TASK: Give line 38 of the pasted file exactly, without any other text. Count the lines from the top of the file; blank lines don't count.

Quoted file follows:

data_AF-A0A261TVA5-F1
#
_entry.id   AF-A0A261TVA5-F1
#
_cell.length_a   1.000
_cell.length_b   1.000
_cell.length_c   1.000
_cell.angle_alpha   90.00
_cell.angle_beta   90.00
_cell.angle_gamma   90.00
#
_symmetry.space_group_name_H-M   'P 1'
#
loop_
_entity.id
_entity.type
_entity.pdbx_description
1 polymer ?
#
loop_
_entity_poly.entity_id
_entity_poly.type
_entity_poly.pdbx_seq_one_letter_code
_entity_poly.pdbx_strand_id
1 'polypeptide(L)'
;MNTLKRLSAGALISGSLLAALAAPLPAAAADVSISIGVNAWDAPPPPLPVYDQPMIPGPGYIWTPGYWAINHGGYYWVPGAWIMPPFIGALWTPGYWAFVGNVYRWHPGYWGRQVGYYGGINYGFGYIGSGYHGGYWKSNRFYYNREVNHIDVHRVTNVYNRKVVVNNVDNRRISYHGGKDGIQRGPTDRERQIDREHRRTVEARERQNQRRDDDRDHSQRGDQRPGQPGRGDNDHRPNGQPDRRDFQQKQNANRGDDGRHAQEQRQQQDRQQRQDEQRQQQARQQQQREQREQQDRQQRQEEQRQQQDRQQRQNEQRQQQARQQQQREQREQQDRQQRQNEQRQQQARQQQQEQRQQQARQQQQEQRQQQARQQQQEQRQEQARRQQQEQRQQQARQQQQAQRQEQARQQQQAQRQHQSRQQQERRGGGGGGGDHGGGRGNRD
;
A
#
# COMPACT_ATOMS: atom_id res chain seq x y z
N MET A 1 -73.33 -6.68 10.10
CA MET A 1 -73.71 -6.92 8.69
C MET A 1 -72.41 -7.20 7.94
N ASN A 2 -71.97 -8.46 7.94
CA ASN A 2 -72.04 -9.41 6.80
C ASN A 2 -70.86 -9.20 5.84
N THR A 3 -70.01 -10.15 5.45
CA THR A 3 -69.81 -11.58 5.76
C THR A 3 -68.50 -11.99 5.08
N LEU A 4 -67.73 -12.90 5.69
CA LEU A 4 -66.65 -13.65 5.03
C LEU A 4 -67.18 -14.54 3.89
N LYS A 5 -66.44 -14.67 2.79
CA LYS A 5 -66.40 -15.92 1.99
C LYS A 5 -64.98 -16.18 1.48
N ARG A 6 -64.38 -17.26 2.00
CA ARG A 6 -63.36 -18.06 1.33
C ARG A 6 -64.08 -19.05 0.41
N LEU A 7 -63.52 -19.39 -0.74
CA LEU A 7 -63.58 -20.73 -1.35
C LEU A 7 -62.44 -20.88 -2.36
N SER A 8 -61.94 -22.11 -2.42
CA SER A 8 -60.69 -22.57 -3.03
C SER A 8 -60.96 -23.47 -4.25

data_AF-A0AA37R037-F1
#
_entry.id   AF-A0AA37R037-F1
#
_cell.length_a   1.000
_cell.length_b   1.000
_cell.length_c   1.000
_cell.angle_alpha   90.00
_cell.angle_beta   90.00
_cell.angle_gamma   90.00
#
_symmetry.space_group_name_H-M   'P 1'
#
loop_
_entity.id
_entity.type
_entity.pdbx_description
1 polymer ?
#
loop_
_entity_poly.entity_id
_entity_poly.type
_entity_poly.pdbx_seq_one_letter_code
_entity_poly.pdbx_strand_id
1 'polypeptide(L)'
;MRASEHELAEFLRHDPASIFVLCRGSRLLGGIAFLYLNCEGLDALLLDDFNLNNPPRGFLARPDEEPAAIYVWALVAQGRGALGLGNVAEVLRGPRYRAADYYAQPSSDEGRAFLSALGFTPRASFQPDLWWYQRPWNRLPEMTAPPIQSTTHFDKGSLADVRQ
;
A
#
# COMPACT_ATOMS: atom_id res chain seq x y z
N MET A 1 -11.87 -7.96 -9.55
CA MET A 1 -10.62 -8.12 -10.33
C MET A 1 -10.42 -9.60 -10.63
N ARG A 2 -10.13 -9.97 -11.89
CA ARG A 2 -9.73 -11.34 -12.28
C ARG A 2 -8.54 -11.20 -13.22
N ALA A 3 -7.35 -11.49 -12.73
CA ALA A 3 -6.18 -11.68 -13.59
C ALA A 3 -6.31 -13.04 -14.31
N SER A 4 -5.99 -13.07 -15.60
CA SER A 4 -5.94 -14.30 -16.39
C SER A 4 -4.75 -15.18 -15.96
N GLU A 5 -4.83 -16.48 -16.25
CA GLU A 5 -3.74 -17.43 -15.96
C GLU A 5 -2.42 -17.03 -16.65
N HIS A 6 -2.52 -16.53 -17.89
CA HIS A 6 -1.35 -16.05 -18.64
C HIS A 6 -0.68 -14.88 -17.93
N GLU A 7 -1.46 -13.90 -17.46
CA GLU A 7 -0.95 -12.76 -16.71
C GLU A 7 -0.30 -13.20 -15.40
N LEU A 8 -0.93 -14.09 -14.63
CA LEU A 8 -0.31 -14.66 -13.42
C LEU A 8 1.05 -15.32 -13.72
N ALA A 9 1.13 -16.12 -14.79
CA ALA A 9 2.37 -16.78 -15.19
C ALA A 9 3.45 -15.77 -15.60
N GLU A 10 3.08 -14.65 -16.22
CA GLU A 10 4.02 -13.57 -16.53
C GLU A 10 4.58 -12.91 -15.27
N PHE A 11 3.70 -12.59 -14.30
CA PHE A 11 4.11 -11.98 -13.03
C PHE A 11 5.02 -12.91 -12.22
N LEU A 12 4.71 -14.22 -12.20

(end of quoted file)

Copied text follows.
CA THR A 3 -69.81 -11.58 5.76